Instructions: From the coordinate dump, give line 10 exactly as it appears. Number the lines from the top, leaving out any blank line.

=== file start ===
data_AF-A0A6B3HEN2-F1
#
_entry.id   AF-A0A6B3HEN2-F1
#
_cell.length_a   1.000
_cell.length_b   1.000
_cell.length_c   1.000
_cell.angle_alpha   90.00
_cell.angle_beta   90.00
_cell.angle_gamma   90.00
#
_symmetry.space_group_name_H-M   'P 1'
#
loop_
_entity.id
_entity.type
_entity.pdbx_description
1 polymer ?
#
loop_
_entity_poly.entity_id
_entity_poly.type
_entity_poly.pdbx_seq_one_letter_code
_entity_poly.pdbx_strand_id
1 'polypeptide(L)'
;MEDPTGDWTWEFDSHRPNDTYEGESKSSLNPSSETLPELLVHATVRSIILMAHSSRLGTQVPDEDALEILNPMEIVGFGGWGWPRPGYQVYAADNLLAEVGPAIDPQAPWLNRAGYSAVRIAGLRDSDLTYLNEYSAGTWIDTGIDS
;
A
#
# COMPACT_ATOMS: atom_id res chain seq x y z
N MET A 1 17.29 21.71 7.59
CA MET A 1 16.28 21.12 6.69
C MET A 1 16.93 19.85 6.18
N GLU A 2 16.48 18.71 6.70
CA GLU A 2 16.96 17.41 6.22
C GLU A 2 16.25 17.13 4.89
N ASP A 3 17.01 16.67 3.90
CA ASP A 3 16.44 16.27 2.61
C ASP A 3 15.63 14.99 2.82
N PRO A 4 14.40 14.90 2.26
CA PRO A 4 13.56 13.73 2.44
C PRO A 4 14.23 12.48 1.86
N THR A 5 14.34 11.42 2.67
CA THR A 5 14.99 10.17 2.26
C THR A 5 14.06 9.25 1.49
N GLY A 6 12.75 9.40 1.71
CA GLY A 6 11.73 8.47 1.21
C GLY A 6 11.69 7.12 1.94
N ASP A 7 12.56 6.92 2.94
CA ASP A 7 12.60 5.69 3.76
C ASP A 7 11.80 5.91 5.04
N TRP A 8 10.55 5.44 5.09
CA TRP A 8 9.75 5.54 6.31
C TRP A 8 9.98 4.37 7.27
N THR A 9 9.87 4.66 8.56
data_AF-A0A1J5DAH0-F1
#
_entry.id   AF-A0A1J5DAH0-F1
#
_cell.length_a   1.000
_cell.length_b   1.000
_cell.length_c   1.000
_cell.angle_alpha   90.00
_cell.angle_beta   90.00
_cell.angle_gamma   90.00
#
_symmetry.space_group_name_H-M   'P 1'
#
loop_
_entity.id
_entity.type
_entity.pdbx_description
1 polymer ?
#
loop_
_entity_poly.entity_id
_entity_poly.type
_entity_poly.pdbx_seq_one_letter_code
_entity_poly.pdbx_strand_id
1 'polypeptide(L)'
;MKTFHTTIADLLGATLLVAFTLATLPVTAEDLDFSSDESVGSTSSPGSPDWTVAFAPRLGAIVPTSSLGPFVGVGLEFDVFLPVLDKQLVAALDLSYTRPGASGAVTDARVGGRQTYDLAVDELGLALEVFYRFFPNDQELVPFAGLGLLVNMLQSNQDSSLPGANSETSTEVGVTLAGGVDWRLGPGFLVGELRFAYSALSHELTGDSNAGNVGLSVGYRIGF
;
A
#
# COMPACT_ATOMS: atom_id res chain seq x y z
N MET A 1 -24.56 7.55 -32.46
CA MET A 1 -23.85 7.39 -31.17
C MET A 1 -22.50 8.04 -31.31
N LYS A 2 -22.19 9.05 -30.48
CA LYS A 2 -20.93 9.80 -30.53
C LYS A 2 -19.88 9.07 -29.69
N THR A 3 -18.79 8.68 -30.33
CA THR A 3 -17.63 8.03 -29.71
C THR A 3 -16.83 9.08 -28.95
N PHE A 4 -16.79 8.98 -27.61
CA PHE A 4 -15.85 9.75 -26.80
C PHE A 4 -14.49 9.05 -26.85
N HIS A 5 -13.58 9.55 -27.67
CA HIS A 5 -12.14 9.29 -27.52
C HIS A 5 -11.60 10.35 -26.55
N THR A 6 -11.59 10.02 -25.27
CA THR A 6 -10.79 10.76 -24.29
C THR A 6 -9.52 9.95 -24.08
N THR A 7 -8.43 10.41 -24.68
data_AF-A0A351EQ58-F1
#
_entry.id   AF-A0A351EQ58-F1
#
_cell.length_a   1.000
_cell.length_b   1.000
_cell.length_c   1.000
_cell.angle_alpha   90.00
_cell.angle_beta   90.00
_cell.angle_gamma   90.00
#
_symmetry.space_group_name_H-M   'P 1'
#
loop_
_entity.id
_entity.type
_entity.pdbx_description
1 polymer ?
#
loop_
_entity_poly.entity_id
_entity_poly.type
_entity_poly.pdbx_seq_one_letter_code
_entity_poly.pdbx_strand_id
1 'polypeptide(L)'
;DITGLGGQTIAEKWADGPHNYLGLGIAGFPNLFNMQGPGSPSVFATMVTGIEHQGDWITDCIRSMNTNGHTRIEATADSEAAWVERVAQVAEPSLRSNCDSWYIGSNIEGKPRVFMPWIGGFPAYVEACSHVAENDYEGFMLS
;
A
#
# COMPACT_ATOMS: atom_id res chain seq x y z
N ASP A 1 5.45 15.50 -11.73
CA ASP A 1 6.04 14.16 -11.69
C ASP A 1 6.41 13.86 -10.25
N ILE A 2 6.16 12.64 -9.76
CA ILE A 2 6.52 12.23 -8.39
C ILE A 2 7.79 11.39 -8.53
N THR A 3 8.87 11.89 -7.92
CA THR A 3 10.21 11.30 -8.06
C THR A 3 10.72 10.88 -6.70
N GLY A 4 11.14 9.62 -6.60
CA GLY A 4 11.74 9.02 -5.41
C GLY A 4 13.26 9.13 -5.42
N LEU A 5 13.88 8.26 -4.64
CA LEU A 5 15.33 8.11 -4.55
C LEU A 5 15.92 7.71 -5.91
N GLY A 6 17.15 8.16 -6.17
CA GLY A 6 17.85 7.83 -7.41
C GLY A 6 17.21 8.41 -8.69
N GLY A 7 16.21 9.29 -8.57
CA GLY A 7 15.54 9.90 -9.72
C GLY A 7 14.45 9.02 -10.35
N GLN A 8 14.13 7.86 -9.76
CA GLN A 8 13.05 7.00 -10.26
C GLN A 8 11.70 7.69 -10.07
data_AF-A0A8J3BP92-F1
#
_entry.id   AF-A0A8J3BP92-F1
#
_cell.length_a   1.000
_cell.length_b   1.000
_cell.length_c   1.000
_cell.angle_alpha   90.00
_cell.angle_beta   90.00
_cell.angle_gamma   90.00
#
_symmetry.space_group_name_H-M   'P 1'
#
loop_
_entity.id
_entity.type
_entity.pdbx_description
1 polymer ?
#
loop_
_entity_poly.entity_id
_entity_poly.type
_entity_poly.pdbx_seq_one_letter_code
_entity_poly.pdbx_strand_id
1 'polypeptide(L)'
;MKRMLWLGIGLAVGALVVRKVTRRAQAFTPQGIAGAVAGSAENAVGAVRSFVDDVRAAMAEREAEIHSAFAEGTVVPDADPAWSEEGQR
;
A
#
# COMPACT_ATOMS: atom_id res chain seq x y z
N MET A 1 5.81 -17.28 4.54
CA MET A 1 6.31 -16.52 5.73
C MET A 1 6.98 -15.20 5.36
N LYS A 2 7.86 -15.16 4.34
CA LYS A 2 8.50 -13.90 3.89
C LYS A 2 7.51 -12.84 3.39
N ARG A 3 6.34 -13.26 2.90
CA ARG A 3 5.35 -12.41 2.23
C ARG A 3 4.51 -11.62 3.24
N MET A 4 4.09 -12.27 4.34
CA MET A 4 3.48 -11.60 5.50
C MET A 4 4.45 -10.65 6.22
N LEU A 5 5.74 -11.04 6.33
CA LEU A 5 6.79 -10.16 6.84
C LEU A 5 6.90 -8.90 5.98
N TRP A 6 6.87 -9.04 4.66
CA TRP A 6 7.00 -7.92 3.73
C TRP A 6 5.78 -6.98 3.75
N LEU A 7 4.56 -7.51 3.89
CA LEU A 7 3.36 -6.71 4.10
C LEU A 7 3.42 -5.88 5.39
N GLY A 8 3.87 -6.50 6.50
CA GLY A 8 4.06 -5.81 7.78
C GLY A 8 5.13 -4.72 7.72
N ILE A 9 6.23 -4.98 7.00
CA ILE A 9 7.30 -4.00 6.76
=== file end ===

_cell.angle_gamma   90.00